An insured brought a claim against her travel insurer for medical expenses incurred while on vacation. Her claim was allowed.
Turpin v. Manufacturers Life Insurance Co.  B.C.J. No. 1633, August 26, 2011, British Columbia Supreme Court, R.D. Wilson J.
The plaintiff, Ms. Turpin, incurred $27,170.81 in medical expenses related to treatment for abdominal pain which resulted in an appendectomy while on a trip to California in October of 2008. In September of 2008, one month prior to the trip, the plaintiff had experienced abdominal pain. She sought treatment from her family doctor who prescribed her antibiotics. By the time that she had purchased a policy of travel insurance from the defendant, Manufacturers Life Insurance Co., in late September of 2008, she was pain free. The defendant refused to pay for the medical expenses claimed by the plaintiff on the basis that they were not covered by the policy because the policy did not cover pre-existing conditions that were not stabilized and controlled in the 90-day period prior to the effective date of the policy.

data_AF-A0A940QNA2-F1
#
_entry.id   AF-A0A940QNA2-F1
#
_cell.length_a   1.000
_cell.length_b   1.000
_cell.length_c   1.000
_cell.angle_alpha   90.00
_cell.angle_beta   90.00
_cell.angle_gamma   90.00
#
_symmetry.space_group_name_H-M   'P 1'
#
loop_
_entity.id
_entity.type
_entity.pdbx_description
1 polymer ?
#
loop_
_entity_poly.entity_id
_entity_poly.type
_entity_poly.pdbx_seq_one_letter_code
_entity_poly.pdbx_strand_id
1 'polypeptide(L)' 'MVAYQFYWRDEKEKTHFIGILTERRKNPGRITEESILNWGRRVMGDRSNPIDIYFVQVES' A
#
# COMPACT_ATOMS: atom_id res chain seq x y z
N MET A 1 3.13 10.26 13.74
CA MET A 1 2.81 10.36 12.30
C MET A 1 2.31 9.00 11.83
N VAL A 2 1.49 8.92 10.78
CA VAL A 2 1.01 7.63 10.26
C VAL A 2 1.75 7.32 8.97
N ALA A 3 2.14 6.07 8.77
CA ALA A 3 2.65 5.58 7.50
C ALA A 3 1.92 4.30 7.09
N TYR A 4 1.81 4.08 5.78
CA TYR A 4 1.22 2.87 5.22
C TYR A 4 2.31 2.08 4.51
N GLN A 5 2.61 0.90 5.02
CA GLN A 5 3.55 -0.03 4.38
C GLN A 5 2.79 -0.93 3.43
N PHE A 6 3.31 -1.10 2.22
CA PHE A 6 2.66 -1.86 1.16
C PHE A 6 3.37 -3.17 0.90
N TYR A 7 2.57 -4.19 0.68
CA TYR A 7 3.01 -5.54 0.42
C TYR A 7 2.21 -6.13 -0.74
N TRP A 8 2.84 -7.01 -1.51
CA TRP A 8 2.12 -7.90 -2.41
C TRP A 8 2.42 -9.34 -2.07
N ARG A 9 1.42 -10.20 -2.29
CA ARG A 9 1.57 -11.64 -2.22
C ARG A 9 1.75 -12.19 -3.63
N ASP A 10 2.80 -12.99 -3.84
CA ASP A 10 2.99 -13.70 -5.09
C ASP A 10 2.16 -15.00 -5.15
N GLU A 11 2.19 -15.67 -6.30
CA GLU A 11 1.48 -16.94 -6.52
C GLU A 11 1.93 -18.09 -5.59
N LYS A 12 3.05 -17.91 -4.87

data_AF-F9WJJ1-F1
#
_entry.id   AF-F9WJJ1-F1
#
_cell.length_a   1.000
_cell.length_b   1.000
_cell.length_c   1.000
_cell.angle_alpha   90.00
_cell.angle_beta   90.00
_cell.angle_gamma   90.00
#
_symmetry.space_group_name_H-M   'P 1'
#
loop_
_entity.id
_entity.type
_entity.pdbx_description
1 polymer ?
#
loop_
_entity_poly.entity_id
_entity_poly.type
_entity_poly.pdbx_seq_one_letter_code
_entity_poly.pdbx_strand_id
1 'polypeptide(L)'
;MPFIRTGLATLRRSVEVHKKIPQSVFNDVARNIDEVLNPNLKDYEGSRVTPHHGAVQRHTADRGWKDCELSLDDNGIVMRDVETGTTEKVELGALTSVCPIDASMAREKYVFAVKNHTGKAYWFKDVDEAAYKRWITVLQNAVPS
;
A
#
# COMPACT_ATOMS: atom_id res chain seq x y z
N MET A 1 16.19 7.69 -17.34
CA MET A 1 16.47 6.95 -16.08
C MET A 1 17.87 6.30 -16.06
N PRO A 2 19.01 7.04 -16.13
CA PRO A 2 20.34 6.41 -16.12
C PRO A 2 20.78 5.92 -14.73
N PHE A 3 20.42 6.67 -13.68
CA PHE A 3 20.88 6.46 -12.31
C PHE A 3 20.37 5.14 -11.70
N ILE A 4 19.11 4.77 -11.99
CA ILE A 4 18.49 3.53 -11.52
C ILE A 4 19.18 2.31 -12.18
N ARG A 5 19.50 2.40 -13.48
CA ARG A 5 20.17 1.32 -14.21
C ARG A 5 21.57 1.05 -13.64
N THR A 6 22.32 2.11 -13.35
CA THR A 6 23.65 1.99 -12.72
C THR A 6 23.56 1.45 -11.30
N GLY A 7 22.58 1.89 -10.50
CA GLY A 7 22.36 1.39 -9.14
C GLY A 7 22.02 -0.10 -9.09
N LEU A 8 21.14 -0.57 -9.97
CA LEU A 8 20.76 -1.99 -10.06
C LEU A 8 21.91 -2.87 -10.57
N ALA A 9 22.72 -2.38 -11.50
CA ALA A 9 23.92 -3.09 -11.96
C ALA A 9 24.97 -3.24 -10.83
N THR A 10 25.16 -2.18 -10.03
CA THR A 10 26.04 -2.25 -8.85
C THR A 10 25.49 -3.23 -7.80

The plaintiff asserted that there was no medical evidence to establish that there was a connection between the complaints of abdominal pain prior to her trip and the problems she suffered from on her trip or evidence that treatment was going to be required. It was also argued that the definitions of whether a medical condition is “stable and controlled” in the policy was ambiguous.
The Court found that the abdominal pain experienced prior to the trip was related to the abdominal pain experienced in California. The plaintiff suffered an irregularity in her health three days before the policy was issued, so medical coverage was nullified. However, the Court also found that the defendant had presented a policy “off the shelf” without inquiry and the plaintiff had expected coverage. If the plaintiff had read the policy it would have been difficult to understand as it had a myriad of excluding conditions, variously applicable, or not applicable, to an infinite array of possible risks. The Court found that this was a proper case to apply the reasonable expectation principle and allowed the plaintiff’s claim.